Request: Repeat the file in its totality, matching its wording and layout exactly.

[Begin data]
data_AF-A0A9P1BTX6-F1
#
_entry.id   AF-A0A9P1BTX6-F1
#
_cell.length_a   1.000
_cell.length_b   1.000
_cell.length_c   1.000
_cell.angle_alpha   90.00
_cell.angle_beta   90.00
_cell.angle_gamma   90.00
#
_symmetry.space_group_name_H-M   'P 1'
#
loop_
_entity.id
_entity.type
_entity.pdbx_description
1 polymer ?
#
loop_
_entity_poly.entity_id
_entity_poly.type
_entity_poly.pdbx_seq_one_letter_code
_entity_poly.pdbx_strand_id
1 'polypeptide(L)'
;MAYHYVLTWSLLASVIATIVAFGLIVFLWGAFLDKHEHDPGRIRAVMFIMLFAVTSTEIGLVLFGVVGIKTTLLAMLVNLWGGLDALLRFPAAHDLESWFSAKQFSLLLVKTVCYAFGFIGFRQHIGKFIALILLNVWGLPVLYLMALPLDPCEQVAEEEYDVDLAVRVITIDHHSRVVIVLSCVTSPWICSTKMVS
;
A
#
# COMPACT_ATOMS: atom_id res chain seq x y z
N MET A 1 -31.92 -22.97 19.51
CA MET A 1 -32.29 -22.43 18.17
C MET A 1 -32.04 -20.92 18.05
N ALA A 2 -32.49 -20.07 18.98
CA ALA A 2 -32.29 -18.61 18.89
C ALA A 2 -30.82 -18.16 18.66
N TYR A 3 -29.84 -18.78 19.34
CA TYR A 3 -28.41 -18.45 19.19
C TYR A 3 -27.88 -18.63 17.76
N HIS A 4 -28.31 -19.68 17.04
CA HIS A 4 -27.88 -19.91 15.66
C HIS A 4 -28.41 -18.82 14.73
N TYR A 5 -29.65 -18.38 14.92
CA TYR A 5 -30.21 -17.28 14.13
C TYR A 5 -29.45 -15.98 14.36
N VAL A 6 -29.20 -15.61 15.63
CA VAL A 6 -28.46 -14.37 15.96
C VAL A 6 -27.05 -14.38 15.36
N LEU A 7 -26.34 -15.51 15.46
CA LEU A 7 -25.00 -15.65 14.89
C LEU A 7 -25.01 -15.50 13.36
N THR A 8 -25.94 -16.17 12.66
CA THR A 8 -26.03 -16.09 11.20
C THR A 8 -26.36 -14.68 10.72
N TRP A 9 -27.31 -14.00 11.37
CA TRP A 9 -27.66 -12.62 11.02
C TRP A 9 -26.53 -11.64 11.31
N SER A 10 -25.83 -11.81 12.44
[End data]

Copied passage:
data_AF-A0A9P1BTX6-F1
#
_entry.id   AF-A0A9P1BTX6-F1
#
_cell.length_a   1.000
_cell.length_b   1.000
_cell.length_c   1.000
_cell.angle_alpha   90.00
_cell.angle_beta   90.00
_cell.angle_gamma   90.00
#
_symmetry.space_group_name_H-M   'P 1'
#
loop_
_entity.id
_entity.type
_entity.pdbx_description
1 polymer ?
#
loop_
_entity_poly.entity_id
_entity_poly.type
_entity_poly.pdbx_seq_one_letter_code
_entity_poly.pdbx_strand_id
1 'polypeptide(L)'
;MAYHYVLTWSLLASVIATIVAFGLIVFLWGAFLDKHEHDPGRIRAVMFIMLFAVTSTEIGLVLFGVVGIKTTLLAMLVNLWGGLDALLRFPAAHDLESWFSAKQFSLLLVKTVCYAFGFIGFRQHIGKFIALILLNVWGLPVLYLMALPLDPCEQVAEEEYDVDLAVRVITIDHHSRVVIVLSCVTSPWICSTKMVS
;
A
#
# COMPACT_ATOMS: atom_id res chain seq x y z
N MET A 1 -31.92 -22.97 19.51
CA MET A 1 -32.29 -22.43 18.17
C MET A 1 -32.04 -20.92 18.05
N ALA A 2 -32.49 -20.07 18.98
CA ALA A 2 -32.29 -18.61 18.89
C ALA A 2 -30.82 -18.16 18.66
N TYR A 3 -29.84 -18.78 19.34
CA TYR A 3 -28.41 -18.45 19.19
C TYR A 3 -27.88 -18.63 17.76
N HIS A 4 -28.31 -19.68 17.04
CA HIS A 4 -27.88 -19.91 15.66
C HIS A 4 -28.41 -18.82 14.73
N TYR A 5 -29.65 -18.38 14.92
CA TYR A 5 -30.21 -17.28 14.13
C TYR A 5 -29.45 -15.98 14.36
N VAL A 6 -29.20 -15.61 15.63
CA VAL A 6 -28.46 -14.37 15.96
C VAL A 6 -27.05 -14.38 15.36
N LEU A 7 -26.34 -15.51 15.46
CA LEU A 7 -25.00 -15.65 14.89
C LEU A 7 -25.01 -15.50 13.36
N THR A 8 -25.94 -16.17 12.66
CA THR A 8 -26.03 -16.09 11.20
C THR A 8 -26.36 -14.68 10.72
N TRP A 9 -27.31 -14.00 11.37
CA TRP A 9 -27.66 -12.62 11.02
C TRP A 9 -26.53 -11.64 11.31
N SER A 10 -25.83 -11.81 12.44